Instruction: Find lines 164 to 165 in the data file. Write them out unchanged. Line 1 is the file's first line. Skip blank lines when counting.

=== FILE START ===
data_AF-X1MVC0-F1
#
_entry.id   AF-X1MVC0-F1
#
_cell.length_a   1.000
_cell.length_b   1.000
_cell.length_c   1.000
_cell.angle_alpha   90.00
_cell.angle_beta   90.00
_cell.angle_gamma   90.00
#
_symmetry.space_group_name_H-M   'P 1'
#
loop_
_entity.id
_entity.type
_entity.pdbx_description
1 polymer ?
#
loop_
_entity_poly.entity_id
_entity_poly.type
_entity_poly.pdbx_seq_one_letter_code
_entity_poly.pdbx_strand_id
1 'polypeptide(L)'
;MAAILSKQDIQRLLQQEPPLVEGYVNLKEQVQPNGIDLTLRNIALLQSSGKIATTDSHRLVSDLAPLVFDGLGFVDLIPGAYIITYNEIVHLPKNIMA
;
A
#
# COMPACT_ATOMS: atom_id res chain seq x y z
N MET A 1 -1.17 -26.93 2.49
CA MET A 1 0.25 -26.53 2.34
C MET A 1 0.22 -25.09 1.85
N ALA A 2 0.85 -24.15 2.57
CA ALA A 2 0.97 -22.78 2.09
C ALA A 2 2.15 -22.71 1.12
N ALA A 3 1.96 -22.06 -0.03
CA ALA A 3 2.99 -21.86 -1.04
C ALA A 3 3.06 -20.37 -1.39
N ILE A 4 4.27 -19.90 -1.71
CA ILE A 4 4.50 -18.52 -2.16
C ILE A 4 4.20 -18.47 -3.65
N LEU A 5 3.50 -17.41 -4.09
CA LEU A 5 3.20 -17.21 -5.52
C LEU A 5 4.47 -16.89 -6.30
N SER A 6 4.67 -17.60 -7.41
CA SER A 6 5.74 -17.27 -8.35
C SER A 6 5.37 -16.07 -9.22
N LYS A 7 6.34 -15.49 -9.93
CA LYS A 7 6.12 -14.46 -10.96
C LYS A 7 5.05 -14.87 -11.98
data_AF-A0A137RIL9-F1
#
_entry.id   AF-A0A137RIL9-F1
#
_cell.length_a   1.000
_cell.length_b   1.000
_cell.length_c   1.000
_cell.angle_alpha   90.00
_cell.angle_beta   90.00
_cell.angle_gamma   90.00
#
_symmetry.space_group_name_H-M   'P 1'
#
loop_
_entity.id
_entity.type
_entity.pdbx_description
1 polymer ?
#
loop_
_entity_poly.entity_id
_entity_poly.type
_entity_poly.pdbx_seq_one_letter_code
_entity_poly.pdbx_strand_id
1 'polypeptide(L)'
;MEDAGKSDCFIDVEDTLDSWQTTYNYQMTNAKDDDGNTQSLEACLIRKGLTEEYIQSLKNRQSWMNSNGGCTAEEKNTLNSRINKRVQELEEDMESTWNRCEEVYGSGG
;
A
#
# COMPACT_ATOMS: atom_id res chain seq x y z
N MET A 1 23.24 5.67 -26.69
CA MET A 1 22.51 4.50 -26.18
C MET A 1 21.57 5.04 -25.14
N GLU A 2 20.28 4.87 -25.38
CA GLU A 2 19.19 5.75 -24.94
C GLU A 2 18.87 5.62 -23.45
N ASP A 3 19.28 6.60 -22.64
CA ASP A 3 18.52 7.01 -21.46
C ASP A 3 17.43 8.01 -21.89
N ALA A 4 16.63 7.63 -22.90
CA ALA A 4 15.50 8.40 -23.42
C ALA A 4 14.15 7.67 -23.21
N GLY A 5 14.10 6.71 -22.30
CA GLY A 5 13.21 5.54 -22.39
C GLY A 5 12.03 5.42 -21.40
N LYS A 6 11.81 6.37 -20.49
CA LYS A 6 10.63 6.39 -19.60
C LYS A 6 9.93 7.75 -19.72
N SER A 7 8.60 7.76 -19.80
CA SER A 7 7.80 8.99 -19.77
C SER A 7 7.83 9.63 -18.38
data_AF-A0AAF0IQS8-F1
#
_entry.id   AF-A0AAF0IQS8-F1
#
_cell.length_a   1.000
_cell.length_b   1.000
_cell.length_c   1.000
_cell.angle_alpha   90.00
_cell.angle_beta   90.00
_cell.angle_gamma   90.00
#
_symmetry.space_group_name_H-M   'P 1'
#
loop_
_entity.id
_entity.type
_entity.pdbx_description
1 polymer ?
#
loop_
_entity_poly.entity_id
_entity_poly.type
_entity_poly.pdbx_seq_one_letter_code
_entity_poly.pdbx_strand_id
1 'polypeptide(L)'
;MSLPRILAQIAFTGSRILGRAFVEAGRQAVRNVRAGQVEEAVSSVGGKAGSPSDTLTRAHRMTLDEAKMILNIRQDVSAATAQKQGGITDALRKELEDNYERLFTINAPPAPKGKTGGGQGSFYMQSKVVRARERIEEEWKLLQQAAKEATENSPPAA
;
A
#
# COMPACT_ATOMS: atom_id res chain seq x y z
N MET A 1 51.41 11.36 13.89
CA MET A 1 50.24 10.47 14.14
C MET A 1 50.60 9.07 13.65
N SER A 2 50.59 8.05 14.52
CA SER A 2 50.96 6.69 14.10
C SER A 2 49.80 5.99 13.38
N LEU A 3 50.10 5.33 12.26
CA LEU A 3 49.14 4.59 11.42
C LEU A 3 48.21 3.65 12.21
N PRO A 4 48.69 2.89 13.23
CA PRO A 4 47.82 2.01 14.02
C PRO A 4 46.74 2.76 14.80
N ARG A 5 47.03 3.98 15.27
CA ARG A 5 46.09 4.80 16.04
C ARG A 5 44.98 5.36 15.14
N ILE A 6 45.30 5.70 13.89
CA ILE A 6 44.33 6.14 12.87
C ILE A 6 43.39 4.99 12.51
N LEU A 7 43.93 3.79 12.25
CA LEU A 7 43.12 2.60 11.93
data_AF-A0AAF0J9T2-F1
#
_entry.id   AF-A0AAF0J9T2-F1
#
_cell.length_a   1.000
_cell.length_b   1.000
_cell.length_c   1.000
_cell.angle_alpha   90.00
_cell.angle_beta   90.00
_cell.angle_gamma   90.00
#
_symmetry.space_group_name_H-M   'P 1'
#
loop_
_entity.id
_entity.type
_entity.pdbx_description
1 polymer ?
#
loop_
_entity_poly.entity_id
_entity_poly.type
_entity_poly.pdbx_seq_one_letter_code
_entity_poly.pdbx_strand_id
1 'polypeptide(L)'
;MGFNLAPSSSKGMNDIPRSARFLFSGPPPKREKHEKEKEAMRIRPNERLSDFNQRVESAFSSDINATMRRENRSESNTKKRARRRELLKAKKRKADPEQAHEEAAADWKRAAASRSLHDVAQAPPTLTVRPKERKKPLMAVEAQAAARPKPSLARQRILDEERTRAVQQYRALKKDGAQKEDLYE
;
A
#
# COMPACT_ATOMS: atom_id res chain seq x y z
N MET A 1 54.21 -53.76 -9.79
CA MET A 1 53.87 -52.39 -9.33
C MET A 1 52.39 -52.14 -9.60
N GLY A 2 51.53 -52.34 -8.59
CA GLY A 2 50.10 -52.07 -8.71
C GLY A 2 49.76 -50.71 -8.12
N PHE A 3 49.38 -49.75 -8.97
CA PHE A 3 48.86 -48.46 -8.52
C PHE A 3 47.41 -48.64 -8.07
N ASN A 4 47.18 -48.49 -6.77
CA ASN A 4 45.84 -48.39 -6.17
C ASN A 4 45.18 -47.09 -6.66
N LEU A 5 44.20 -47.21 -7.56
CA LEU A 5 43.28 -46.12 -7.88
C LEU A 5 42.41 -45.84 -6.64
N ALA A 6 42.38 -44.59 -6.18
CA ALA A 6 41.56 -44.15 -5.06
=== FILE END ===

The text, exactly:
_symmetry.space_group_name_H-M   'P 1'
#